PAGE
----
The rest of the flight was uneventful (just how I like my flights to be), with some bumpy moments, a quite hard touch down in Helsinki and some nice views of towns and villages encased in green background as we flew over various parts of Scandinavia….

Flight Helsinki – Oslo (on AY0195, seat 1A)

The boarding was decent and smooth and the departure … no surprises here, 25 minutes later than the EDT. The aircraft was an old-ish A320 with Business Class cabin usual configuration: 3 seats either side of the central aisle with the centre seat blocked off. The flight was very short: 1h 05minutes and the full Business cabin was served by a very attentive, friendly and polite crew – Finnair as its best. Maybe I will repeat myself during this review, but the standout feature of Finnair was the crew who were brilliant: positive, great customer service, helpful and professional. And once again during the flight I couldn’t stop thinking of a British Airways flight with the same length (let’s say Munich or Barcelona) when you can consider yourself lucky if you get a very sad salad with 3 halves of very depressed prawns.

Despite all its cost cutting measures, I was pleased to see that Finnair continues to serve all the drinks in Business in design glass ware. Lunch, with a single option, was served on a single tray, which for a short flight was fine. The food itself was decent, but nothing to write home about. Champagne, wines and after dinner drinks were kindly offered by the cabin attendants throughout the flight. One major downside, though; the instant coffee served after dinner was totally undrinkable and even the stewardess had to admit. In economy, where coffee is about the only thing served free of charge this could be acceptable, but in Business?! Despite the fact that was a short flight the crew was taking care non-stop about the drinks and the empty glasses.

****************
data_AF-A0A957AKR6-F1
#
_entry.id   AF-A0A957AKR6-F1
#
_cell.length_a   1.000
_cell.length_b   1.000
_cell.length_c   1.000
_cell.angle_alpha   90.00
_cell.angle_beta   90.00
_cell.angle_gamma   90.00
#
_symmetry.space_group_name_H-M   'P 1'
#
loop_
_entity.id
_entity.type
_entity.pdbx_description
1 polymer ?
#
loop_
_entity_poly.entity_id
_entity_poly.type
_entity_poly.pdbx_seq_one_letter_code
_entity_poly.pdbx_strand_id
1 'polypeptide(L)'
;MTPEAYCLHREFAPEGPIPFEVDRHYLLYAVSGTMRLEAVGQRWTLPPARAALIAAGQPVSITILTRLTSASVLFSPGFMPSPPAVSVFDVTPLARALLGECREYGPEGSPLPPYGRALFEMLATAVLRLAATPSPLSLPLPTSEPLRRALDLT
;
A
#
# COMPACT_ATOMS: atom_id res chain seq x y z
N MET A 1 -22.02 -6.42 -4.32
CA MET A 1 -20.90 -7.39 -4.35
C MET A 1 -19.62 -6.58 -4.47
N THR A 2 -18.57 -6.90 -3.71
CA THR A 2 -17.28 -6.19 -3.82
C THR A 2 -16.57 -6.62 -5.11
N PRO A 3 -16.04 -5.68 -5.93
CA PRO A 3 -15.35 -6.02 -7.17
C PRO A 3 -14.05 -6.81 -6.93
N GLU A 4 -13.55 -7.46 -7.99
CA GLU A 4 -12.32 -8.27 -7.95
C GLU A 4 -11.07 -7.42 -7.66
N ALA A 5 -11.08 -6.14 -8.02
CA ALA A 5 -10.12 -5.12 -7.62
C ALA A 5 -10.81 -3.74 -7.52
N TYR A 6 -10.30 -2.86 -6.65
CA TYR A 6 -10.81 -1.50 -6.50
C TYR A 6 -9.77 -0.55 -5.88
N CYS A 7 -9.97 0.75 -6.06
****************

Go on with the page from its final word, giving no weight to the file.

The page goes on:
Of course, if you are in Economy cabin a wide and interesting selection of snacks and drinks are available at quite decent prices

Flight Oslo – Helsinki (on AY0194, seat 1A)